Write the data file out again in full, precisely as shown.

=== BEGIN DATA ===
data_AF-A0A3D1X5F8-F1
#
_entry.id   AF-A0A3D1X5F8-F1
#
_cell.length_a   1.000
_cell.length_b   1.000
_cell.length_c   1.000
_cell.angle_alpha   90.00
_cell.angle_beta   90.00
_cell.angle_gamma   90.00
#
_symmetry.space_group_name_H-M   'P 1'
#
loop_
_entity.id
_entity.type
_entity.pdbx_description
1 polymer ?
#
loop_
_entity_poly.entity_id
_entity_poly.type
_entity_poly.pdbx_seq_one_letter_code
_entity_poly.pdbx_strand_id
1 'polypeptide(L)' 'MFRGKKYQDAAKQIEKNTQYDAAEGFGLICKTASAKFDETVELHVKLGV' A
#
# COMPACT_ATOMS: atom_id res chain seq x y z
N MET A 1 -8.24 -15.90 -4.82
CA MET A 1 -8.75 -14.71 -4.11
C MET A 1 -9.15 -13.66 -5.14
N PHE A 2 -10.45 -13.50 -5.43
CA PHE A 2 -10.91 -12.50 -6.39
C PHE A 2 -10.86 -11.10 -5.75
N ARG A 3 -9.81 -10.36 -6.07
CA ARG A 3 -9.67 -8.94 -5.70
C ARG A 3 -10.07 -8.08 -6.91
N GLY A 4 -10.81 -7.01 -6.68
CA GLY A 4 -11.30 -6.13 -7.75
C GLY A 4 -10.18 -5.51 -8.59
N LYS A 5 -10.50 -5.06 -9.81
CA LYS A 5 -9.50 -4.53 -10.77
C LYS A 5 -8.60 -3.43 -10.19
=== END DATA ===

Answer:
data_AF-A0A3D1X5F8-F1
#
_entry.id   AF-A0A3D1X5F8-F1
#
_cell.length_a   1.000
_cell.length_b   1.000
_cell.length_c   1.000
_cell.angle_alpha   90.00
_cell.angle_beta   90.00
_cell.angle_gamma   90.00
#
_symmetry.space_group_name_H-M   'P 1'
#
loop_
_entity.id
_entity.type
_entity.pdbx_description
1 polymer ?
#
loop_
_entity_poly.entity_id
_entity_poly.type
_entity_poly.pdbx_seq_one_letter_code
_entity_poly.pdbx_strand_id
1 'polypeptide(L)' 'MFRGKKYQDAAKQIEKNTQYDAAEGFGLICKTASAKFDETVELHVKLGV' A
#
# COMPACT_ATOMS: atom_id res chain seq x y z
N MET A 1 -8.24 -15.90 -4.82
CA MET A 1 -8.75 -14.71 -4.11
C MET A 1 -9.15 -13.66 -5.14
N PHE A 2 -10.45 -13.50 -5.43
CA PHE A 2 -10.91 -12.50 -6.39
C PHE A 2 -10.86 -11.10 -5.75
N ARG A 3 -9.81 -10.36 -6.07
CA ARG A 3 -9.67 -8.94 -5.70
C ARG A 3 -10.07 -8.08 -6.91
N GLY A 4 -10.81 -7.01 -6.68
CA GLY A 4 -11.30 -6.13 -7.75
C GLY A 4 -10.18 -5.51 -8.59
N LYS A 5 -10.50 -5.06 -9.81
CA LYS A 5 -9.50 -4.53 -10.77
C LYS A 5 -8.60 -3.43 -10.19